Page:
Ladakh has hot summers and very cold winters, so the

Karlsson Wall Clock Lotus Flower Plastic White, Black Hands
Fruit Bowl Lotus
Laxmi on Lotus Antique
solar heating. Even in winters, energy from sunlight is stored and used to heat the school and accommodation.

The classroom buildings are oriented 30 degrees east of true south with an elongated east west axis to ensure early morning warm up. During winters, the trombe walls of ventilated mud brick and granite cavity walls are used to provide evening heating in the dormitories. Solar-assisted latrines have a solar wall that faces directly south for maximum solar gain.

The light from the direct solar gain windows is balanced by north and south facing clerestory windows in the Nursery and Kindergarten Building.

The buildings in the residential area are oriented true north south to maximize solar gain.

Photovoltaic Panels; img src: Caroline Sohie

Super insulation

The roofs are made of local poplar rafters; willow sheathing topped with mud and rock wool and felt insulation. The weather skin is sand and aluminum sheets.


The courtyards between the classroom buildings are subdivided into smaller spaces that are appropriate for teaching during mild sunny days. The buildings and trees provide shade and wind protection to these spaces.

Water use

Cutting-edge systems that pump water from melted snow to the site, both for drinking water and for irrigation are employed. Groundwater is extracted from a 105-foot deep well and pumped by PV power to a 16,000-gallon tank located on higher ground than the buildings it serves. A new well is planned for a location above the storage tank in order to eliminate the need for pumping. When not needed for pumping, the PVs charge batteries that run the school’s computers.

The school’s toilets don’t require water at all, and have state of the art passive technology to eliminate odors and turn waste into compost. Waterless ventilated improved pit (VIP) toilets were thus designed to use solar-assisted stack ventilators to help create odorless compost which is an excellent fertilizer.

Avaliable Drinking Water; img src: Graham Brandon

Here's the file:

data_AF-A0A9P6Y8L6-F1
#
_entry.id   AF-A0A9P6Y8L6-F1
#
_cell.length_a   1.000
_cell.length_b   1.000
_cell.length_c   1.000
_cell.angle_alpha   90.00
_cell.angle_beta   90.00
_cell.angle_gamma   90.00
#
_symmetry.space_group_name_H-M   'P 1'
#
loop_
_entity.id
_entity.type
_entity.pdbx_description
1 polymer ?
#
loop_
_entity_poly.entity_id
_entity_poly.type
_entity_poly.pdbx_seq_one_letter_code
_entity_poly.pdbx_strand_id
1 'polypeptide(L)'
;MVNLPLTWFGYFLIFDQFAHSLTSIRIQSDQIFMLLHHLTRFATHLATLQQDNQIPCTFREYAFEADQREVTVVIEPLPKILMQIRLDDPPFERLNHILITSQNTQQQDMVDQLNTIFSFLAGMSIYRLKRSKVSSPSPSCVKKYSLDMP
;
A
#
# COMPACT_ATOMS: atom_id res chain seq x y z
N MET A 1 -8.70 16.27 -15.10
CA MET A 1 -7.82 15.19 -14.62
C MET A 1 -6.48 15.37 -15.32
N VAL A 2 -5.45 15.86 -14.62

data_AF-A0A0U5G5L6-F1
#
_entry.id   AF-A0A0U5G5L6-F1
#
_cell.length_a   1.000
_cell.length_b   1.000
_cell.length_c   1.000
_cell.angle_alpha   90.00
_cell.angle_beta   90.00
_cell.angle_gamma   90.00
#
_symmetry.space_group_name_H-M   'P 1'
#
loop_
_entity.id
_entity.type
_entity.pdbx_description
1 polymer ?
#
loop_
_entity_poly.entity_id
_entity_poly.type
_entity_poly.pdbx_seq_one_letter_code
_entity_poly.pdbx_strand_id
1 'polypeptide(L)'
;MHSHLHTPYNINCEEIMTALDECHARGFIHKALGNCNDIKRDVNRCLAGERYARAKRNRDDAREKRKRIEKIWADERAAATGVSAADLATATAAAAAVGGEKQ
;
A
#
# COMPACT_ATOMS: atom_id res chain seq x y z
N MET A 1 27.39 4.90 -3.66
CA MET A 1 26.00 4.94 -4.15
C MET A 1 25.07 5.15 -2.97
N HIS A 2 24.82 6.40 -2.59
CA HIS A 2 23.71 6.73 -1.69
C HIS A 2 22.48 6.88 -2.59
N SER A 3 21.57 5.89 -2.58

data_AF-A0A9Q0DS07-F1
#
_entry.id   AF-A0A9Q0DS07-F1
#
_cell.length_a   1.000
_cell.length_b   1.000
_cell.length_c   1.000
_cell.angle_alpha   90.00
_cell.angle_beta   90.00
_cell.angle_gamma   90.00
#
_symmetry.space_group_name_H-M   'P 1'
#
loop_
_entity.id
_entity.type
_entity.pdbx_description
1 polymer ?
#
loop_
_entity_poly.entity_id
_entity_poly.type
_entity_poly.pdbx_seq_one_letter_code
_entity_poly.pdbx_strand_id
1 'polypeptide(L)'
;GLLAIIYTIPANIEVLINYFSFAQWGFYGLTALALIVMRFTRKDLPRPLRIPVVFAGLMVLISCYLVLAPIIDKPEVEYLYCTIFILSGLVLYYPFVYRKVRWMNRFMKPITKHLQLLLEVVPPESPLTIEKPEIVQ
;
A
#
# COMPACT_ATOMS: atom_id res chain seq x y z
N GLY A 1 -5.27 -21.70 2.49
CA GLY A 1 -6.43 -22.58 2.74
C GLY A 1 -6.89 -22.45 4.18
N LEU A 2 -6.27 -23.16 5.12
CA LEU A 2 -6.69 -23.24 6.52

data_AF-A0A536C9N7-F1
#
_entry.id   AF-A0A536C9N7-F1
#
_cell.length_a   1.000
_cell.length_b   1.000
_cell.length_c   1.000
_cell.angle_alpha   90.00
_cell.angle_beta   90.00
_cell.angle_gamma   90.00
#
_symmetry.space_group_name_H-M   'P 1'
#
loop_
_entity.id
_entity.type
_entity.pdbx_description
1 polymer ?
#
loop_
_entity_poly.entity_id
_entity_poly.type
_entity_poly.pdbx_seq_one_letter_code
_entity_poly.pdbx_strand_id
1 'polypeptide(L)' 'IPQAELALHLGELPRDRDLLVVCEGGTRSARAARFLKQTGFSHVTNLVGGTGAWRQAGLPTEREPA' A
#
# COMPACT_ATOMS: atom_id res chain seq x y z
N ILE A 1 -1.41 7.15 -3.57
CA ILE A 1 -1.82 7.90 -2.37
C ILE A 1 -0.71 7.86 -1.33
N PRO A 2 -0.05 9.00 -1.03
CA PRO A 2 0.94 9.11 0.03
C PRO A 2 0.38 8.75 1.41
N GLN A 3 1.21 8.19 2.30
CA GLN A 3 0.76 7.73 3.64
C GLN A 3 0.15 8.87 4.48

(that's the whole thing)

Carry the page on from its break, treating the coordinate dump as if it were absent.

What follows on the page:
Compost Toilets; img src: Arup Associates

Earthquake Resistance

Aftermath of a Mud Slide; img src: Arup Associates

And because the region is at risk of earthquakes and mud slides, the school was built using a timber frame structure with timber robust connections and steel cross-bracing to make sure everyone stays safe. Unsurprisingly, it’s already had to demonstrate its capabilities on more than one occasion!

Structure Construction Detail; img src: Arup Associates

Photograph of Pema Karpo Library; img src: Arup Associates

Timber Construction; img src: Christian Richters

Whole Life Sustainability

Beyond the obvious sustainable features, the school’s design and construction focus on sustaining the cultures, traditions and experiences of the region.

All the building materials for the school are sourced locally, providing important trade for the rural communities.

Construction Photograph; img src: Arup Associates 

Construction Photograph; img src: Arup Associates

Construction Photograph; img src: Christian Richters


For Arup Associates, the project has given the chance to make a difference to a community far-removed from our own lives. 


2009 BCSE Industry Awards, Winner of the Inspiring Design Award, International category
2009 Design for Asia Award, Grand Award
2009 World Architecture News, Shortlisted, Education Category
2005 Sinclair Knight Merz Award for Achievement in development
2003 BCCB Award for International Expertise
2002 World Architecture Awards: Best Green Building; Best Education Building; Best Asian Building


Barker, Don. “Building a School in India,” Architecture Week, 31 July 2002.
Fleming, Jim; Rory McGowan; Dorothee Richter; and Jonathan Rose. “Druk White Lotus School, Ladakh, Northern India,” 
The Arup Journal, 2/2002.